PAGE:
Philly Rescue Dog Found With His Tongue Cut Out Is Ready For a Loving Home Where He Can Relax

A Good Samaritan found Heart the dog stumbling around a Philadelphia street alone with his tongue cut out; now the canine is fully recovered with help from ACCT Philly and is ready for the next chapter

Heart the dog
Photo: Sarah Barnett / ACCT Philly

Heart is a dog that brings people together. His foster mom Sarah Barnett, the director of development and communications at ACCT Philly, has seen it first hand.

In April, a Good Samaritan found the young disoriented dog stumbling around a Philadelphia street alone, covered in puncture wounds and with a small amount of blood dripping from his mouth. Concerned about the canine's health, the animal lover brought the pooch, later named Heart, to ACCT Philly — Philadelphia's only open-admissions shelter.

After arriving at ACCT Philly, Heart received a veterinary exam, where doctors made a gruesome discovery. Someone had deliberately cut out Heart's tongue, leaving the dog unable to eat properly, Barnett tells PEOPLE.

"We got a second opinion to make sure Heart's missing tongue wasn't connected to cancer or an accident," she added. Unfortunately, the second vet confirmed that Heart's tongue was removed "traumatically."

"I've seen a lot of cruelty. I hadn't seen this. I don't understand this," Barnett, who has worked with animal welfare organizations for over ten years, says. Her time in the animal rescue world has also taught her that focusing on "why someone is the way they are" is not helpful to the pets she is trying to save, "focusing on the future" is what matters.

Heart the dog
Sarah Barnett / ACCT Philly

While Barnett is frustrated that the person who cut out Heart's tongue will likely never be caught since the dog was found as a stray, she knows that dedicating herself to finding Heart a happy ending is what is going to make his life better.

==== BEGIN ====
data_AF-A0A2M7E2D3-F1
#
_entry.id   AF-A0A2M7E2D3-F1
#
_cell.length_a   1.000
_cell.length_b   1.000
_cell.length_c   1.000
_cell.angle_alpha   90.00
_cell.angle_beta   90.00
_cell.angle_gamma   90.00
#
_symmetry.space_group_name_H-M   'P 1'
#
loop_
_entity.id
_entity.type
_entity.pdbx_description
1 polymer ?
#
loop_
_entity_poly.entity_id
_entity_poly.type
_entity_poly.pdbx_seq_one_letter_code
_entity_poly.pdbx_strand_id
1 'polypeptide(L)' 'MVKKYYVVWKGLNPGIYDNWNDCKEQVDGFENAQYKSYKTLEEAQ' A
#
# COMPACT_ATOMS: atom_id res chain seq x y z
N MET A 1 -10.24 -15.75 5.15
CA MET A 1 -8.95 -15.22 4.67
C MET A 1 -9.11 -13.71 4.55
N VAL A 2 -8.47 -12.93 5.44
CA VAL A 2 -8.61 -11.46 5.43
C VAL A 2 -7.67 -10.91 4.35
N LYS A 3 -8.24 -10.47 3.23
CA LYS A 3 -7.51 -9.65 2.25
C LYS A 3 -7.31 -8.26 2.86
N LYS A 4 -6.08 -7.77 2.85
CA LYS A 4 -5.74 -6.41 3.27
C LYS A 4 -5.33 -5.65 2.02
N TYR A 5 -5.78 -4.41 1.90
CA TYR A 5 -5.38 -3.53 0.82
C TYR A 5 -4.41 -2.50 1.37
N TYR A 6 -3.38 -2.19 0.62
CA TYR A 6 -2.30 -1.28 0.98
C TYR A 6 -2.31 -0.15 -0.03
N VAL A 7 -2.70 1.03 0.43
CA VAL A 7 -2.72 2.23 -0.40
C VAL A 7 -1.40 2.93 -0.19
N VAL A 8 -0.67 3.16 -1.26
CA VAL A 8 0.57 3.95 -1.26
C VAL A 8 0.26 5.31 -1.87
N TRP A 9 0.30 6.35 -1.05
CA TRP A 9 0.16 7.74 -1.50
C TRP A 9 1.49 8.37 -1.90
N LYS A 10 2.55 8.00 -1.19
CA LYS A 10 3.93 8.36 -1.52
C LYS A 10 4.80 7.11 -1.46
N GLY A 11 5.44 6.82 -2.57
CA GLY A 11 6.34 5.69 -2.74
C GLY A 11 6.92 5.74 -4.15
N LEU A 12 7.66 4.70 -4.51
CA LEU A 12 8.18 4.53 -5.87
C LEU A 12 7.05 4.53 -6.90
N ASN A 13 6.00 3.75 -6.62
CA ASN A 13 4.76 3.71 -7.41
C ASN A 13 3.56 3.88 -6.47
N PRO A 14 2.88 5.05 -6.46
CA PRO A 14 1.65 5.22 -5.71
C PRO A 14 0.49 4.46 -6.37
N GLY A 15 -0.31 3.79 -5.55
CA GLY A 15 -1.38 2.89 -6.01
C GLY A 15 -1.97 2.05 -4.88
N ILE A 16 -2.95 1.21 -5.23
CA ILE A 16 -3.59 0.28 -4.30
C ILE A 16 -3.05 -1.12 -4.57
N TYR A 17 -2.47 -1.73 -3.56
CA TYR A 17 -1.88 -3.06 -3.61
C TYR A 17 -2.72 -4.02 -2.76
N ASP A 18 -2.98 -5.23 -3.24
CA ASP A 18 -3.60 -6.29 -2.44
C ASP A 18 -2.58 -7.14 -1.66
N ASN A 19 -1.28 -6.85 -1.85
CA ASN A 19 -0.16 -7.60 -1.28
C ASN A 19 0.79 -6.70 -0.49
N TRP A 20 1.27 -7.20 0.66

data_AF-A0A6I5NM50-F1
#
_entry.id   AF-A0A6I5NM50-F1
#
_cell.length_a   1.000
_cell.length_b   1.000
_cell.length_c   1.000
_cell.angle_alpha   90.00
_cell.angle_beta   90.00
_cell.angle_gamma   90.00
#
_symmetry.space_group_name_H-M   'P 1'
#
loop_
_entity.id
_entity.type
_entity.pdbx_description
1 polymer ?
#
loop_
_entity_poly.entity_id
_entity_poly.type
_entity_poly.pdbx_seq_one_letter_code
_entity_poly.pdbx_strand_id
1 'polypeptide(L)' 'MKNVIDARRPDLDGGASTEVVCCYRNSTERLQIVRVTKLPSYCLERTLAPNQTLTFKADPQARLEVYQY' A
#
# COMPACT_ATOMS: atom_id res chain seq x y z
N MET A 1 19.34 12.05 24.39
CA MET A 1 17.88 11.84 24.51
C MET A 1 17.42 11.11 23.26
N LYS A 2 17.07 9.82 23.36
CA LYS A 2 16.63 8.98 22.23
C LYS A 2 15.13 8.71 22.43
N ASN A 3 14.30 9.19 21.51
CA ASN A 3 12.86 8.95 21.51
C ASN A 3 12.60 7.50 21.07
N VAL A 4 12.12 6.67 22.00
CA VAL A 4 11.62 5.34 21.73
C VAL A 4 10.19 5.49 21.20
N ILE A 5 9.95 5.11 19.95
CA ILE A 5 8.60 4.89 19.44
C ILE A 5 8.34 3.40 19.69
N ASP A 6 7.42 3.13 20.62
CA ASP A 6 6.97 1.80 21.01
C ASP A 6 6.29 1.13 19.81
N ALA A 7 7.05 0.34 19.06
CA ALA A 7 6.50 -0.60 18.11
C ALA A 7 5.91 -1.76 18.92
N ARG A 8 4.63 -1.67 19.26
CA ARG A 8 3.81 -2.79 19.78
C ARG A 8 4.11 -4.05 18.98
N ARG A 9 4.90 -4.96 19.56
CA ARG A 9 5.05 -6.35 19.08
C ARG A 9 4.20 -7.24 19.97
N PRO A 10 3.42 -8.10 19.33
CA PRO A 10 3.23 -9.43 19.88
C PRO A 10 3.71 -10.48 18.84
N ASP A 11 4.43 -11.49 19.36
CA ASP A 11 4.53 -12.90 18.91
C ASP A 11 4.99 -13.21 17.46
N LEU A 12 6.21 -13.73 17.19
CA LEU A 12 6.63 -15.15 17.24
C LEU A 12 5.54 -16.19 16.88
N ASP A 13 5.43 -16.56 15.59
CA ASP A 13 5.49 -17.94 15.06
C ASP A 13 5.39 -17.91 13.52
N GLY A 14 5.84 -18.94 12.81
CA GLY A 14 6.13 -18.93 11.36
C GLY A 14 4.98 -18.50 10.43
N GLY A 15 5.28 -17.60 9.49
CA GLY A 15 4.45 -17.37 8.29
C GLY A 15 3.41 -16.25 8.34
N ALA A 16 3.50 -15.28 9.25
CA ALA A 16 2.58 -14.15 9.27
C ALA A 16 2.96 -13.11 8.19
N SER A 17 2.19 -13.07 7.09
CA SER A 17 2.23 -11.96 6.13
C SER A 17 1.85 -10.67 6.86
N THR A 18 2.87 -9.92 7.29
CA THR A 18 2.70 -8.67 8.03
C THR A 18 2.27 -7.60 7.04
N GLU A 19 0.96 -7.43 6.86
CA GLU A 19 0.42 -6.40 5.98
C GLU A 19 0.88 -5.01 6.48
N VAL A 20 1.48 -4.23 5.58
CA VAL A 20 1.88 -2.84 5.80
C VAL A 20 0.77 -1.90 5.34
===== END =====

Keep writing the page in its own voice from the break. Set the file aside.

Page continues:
For the past three months, Barnett and many others have been working to help Heart reach the next, brighter chapter of his life. After Heart entered ACCT Philly, the shelter searched for a nearby rescue with available fosters where they could place the pooch — pets with medical issues often recover best in a foster setting.

"There were no fosters available anywhere. Every rescue is struggling to find fosters right now since many of the people who fostered in 2020 now want to be out taking vacations," Barnett explains.

Other rescues didn't have the space to house Heart, but they still tried to help.

Heart the dog
Sarah Barnett / ACCT Philly

"All of the rescue groups I called really tried to help. Lots of groups posted on social media asking for fosters for Heart," Barnett says. "PAWS offered to provide assistance to whatever foster came forward."

"This dog brought everyone together," she adds.

After a foster couldn't be found, Barnett, with assistance from PAWS – Philadelphia's largest animal rescue partner, whose executive director offered to co-foster Heart as well — decided to take Heart in and help the dog learn to eat again before finding him a forever home.

Barnett has a history of helping special needs pets. Her late dog Dimitri the Sharpei, a puppy mill rescue, had his eyes removed before coming into Barnett's life.